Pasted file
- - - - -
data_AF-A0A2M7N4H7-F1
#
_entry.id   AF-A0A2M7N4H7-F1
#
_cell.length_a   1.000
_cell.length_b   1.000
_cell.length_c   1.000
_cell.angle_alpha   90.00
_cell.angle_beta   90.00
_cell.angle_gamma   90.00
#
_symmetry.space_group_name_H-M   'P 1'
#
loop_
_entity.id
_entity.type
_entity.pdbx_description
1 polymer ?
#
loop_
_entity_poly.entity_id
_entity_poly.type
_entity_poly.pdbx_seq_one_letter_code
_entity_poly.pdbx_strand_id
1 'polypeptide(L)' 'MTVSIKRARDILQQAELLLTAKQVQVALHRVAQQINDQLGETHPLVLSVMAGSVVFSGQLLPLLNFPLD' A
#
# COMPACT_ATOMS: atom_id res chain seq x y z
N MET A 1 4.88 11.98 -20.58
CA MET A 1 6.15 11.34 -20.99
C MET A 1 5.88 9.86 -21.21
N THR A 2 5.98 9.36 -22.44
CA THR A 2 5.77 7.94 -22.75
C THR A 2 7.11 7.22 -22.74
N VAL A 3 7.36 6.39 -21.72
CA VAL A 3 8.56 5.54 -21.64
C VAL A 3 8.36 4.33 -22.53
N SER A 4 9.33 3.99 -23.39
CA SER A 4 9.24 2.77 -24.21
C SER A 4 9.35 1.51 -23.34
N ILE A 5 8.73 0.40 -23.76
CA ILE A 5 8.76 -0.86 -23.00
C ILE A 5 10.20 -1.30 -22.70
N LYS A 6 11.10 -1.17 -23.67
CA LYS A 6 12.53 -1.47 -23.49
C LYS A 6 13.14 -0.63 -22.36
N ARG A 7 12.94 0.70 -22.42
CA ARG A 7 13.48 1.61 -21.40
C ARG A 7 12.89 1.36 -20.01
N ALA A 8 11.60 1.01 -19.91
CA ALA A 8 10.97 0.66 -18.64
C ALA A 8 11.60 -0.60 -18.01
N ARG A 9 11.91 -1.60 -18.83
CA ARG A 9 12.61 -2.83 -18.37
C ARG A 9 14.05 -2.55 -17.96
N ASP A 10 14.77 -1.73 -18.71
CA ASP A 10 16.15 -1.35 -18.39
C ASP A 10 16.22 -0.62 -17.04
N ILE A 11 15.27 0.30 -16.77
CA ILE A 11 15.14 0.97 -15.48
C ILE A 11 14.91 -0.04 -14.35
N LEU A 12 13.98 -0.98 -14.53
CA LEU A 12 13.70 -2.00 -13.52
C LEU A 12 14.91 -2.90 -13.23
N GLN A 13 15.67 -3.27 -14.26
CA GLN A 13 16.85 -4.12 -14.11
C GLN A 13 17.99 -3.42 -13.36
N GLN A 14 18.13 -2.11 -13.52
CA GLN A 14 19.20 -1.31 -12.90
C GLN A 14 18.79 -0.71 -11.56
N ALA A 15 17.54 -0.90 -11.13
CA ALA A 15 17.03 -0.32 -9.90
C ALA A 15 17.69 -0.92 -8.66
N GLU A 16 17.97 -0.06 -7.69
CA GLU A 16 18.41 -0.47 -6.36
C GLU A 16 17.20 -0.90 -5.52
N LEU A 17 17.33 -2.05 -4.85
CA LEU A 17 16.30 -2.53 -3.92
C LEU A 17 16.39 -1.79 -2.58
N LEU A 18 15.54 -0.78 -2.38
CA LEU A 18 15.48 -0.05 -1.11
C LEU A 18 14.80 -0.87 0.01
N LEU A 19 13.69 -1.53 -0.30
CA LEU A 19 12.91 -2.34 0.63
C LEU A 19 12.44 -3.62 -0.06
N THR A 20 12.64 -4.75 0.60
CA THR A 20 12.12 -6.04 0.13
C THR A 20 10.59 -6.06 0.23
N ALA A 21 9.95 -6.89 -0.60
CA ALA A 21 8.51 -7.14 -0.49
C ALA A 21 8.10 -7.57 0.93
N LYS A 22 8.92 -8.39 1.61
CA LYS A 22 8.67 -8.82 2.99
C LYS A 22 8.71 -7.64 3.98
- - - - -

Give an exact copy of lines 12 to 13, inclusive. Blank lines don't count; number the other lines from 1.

_symmetry.space_group_name_H-M   'P 1'
#